Reserve Bank of India's (RBI) deadline given to banks to snap the ties with entities that deal with cryptocurrencies finally ends today. Exactly three months ago, India's central bank had instructed the banks to end the relations (if any) with cryptocurrency-driven companies. The RBI released the circular on April 6 that was challenged in the Delhi High Court, which initially refused to grant an injunction. Even the Supreme Court declined to issue a stay order on July 3. The matter is still before the Supreme Court that will hear the matter on July 20. Ever since the ban was imposed, there was sentiment that the cryptocurrency market will survive the RBI ban.
After the RBI ban: The way forward
Ahead of the crackdown, some exchanges, such as International Digital Asset Platform (IDAP) and BuyUCoin, have even planned to shift the base abroad in a bid to evade the regulatory crackdown. Once the RBI's prohibition on commercial banks' involvement in cryptocurrencies takes effect, most trading is likely to move to peer-to-peer networks or social applications such as Telegram, according to retail investors, Thomson Reuters reported. Despite the crackdown, there is a perception that the industry will survive the cryptocurrency ban.
Niranjan Patil, a cryptocurrency expert based in Bengaluru, told NDTV that cryptocurrencies will not turn illegal in India as some tend to believe, since the RBI central bank had stated in April first week that the government is working on its own crypto coin.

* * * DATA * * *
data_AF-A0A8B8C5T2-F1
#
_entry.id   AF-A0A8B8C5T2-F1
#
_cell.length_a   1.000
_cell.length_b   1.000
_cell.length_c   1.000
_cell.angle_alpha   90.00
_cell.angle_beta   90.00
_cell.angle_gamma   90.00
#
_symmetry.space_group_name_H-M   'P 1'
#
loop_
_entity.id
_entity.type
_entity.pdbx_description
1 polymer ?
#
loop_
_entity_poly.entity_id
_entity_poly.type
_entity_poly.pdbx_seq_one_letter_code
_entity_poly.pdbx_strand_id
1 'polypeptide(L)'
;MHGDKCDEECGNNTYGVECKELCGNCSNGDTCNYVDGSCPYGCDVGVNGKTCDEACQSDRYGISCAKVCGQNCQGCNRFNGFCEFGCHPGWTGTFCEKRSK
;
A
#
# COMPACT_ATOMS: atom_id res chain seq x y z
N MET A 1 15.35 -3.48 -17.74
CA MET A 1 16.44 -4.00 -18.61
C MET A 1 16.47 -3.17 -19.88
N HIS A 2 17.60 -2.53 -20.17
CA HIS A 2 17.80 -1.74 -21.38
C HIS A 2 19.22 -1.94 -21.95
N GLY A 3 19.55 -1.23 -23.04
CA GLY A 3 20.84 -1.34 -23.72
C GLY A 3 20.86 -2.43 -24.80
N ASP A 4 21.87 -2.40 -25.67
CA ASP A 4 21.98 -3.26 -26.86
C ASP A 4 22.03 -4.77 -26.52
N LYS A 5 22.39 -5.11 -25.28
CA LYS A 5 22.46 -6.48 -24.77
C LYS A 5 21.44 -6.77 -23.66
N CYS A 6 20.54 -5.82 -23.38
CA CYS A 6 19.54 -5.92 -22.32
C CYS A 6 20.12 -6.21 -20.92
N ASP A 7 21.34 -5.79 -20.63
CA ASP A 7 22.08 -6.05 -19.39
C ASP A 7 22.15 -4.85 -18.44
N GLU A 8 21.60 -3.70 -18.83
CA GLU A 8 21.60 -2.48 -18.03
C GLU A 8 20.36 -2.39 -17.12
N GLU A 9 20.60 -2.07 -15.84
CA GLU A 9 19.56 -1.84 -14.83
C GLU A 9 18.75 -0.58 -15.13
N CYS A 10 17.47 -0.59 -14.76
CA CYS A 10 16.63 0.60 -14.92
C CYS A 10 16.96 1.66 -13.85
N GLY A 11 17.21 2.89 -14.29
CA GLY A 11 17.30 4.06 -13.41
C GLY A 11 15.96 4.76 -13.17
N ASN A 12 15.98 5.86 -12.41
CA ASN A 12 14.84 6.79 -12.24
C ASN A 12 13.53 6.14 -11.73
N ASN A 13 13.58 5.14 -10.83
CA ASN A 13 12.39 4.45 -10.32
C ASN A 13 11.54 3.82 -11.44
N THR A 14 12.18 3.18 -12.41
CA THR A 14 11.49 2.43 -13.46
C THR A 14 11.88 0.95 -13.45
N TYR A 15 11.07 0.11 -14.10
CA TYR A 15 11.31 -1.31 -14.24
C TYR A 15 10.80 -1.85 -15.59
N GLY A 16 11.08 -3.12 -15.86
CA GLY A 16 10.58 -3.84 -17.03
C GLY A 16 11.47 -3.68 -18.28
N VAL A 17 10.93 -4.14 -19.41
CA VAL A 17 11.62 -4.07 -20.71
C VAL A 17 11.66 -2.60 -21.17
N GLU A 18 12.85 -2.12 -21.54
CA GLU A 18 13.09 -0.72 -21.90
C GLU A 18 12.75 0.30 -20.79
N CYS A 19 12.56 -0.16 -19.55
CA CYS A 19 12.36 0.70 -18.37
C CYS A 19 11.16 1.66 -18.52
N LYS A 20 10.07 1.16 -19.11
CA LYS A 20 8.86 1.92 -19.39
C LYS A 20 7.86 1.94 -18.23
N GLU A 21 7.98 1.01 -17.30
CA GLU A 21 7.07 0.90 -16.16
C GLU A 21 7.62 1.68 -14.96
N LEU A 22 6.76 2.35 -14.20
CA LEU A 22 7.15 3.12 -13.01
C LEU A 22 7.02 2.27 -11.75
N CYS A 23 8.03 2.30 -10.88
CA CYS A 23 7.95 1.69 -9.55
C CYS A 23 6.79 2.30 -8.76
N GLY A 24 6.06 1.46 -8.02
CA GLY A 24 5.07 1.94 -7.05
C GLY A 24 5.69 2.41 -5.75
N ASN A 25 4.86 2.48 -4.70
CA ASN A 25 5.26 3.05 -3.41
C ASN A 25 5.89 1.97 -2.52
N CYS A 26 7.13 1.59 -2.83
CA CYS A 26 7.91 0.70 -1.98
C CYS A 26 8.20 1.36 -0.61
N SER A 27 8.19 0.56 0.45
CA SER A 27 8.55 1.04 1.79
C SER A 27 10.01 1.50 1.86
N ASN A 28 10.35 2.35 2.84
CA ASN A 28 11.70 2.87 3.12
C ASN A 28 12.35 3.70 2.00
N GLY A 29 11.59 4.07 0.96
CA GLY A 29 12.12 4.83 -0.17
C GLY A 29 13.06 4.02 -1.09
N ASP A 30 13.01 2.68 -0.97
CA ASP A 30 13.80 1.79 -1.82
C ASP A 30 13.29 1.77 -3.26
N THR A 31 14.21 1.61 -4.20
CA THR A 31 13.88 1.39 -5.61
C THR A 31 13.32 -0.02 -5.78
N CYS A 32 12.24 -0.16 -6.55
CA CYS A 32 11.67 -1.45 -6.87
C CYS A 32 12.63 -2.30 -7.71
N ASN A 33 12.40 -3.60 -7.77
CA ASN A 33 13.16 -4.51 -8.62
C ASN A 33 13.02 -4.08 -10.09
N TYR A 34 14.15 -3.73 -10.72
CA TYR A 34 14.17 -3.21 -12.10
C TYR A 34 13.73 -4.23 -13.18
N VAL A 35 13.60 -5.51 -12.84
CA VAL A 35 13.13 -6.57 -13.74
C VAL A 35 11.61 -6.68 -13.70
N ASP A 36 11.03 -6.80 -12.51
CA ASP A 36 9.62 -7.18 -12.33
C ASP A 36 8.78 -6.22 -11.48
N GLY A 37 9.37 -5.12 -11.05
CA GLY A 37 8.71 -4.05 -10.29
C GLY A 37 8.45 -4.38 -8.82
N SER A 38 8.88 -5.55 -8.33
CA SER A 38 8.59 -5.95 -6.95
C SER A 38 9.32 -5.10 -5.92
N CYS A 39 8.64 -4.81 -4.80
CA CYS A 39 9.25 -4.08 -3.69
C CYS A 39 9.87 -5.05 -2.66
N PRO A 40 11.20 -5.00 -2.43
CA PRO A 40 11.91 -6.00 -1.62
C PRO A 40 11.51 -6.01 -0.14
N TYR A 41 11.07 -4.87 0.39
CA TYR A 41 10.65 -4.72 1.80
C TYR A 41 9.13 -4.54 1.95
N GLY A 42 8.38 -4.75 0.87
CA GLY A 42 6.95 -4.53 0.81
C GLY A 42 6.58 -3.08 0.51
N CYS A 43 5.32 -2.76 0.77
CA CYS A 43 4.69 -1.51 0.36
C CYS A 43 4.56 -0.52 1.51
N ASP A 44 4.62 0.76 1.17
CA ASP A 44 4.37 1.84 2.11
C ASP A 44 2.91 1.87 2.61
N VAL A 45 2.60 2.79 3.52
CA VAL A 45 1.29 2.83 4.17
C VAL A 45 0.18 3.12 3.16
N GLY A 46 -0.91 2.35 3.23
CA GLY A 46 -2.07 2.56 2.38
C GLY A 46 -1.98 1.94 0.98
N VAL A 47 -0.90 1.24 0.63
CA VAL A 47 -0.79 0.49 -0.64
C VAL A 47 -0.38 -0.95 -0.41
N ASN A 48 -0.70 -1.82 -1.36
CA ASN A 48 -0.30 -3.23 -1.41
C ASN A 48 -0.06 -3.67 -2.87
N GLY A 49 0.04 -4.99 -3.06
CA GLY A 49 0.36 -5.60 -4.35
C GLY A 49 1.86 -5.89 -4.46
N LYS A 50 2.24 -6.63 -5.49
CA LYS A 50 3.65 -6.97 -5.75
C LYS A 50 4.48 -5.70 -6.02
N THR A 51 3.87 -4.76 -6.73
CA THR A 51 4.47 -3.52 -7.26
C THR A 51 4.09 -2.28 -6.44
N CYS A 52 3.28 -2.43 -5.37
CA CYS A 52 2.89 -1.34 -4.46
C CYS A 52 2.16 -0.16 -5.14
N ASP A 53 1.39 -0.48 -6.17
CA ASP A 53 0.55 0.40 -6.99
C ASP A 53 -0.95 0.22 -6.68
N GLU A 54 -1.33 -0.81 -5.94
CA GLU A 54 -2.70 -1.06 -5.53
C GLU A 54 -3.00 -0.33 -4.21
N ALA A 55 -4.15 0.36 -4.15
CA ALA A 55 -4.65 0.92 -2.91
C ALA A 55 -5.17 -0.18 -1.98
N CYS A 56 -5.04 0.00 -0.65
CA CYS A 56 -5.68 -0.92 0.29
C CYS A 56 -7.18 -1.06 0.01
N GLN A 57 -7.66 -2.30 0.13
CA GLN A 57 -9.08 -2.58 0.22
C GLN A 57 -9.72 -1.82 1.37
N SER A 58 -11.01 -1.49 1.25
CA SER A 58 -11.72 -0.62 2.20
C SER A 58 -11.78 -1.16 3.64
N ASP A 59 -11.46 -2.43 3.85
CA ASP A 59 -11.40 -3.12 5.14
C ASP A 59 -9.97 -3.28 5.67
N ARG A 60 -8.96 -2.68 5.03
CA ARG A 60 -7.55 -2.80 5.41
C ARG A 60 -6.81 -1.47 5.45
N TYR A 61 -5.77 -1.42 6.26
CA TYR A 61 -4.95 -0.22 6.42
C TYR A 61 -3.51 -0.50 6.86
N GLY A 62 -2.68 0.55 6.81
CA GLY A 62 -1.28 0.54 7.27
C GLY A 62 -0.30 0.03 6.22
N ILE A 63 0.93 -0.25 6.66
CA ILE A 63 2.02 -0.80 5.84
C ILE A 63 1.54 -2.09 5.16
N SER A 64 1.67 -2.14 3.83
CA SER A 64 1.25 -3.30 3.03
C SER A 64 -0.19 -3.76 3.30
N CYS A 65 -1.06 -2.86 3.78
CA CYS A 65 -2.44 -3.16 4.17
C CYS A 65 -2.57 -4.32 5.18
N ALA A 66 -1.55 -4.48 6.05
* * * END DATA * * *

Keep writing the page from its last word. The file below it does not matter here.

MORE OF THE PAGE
Even prior to the April 6 circular, the Reserve Bank of India (RBI), had, cautioned the cryptocurrency users, traders and holders of digital currencies. The first RBI warning was sent in December 2013, the second in February 2017 while the last one in December 2017.
As expected, most cryptocurrency experts are unhappy with the move.
Awanish Rajan, CEO of IDAP.io, a crypto derivatives exchange, says, "I think the government should consider that such a move will stifle the spirit of entrepreneurship that has developed in the wake of blockchains and cryptocurrencies. RBI's move is intended to protect the public but I do not think treating cryptocurrencies as inherently bad is the right step forward. Since technology can be used wisely or misused; the government needs to talk to those involved in blockchain and cryptocurrency and together formulate regulations so that benefits for both the public and the startups engaging in this new technology are maximised while ill effects are eliminated."
Sharan Nair, senior vice president at CoinSwitch.co believes that now trading of cryptocurrency will be restricted to over the counter and P2P platforms.
"With the deadline approaching, trading of cryptocurrencies will be restricted to OTC (over the counter) and P2P platforms. This will be a setback to both exchanges and blockchain companies aspiring to build world-class products/services using blockchain technology. The only thing is to be patient and watch." said Sharan Nair, senior vice president at CoinSwitch.co.